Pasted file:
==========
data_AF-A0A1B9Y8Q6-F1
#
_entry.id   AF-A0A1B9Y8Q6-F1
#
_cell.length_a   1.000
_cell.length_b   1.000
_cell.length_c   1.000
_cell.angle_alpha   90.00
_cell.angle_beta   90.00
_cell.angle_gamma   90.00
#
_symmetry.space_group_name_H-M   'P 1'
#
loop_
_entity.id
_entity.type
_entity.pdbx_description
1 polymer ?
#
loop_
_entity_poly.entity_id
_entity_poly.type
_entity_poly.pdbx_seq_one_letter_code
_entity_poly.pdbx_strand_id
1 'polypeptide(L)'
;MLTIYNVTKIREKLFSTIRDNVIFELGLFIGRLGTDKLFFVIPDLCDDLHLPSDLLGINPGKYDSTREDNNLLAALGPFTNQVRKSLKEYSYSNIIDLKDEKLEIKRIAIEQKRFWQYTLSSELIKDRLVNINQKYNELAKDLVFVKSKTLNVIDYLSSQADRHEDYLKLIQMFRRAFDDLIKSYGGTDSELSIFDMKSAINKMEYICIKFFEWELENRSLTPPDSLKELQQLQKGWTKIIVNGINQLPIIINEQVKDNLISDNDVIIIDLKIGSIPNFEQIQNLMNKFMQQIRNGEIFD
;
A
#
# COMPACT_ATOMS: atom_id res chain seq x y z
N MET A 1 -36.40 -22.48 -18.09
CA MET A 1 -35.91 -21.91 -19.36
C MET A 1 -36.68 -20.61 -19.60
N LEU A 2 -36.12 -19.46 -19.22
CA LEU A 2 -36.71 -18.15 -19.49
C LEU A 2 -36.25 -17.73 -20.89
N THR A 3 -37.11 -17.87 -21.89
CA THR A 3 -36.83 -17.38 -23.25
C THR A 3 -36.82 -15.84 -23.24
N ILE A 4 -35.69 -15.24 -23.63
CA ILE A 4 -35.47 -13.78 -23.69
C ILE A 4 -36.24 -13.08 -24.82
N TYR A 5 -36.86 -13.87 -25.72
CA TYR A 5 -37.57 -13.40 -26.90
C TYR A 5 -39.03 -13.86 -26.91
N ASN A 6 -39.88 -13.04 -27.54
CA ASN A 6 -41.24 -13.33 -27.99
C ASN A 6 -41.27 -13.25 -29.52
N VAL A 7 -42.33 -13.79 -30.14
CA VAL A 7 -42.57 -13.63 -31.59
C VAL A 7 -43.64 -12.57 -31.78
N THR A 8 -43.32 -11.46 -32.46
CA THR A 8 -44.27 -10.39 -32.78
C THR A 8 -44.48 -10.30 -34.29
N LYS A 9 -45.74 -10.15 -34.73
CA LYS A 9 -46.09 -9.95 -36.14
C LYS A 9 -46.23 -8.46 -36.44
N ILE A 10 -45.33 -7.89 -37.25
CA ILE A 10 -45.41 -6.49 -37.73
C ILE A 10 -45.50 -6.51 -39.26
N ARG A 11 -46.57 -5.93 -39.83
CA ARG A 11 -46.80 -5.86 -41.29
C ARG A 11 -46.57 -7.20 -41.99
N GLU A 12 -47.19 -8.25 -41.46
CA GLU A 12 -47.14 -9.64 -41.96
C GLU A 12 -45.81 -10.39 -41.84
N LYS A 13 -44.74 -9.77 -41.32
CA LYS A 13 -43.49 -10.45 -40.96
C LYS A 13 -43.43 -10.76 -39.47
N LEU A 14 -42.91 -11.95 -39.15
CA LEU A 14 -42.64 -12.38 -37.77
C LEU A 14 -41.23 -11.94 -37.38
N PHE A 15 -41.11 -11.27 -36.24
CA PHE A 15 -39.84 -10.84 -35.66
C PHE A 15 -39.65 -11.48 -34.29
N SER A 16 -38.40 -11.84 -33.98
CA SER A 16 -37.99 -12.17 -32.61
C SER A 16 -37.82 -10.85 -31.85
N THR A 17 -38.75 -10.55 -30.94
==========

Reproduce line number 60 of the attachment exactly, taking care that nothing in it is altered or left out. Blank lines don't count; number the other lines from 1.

C ILE A 10 -45.50 -6.51 -39.26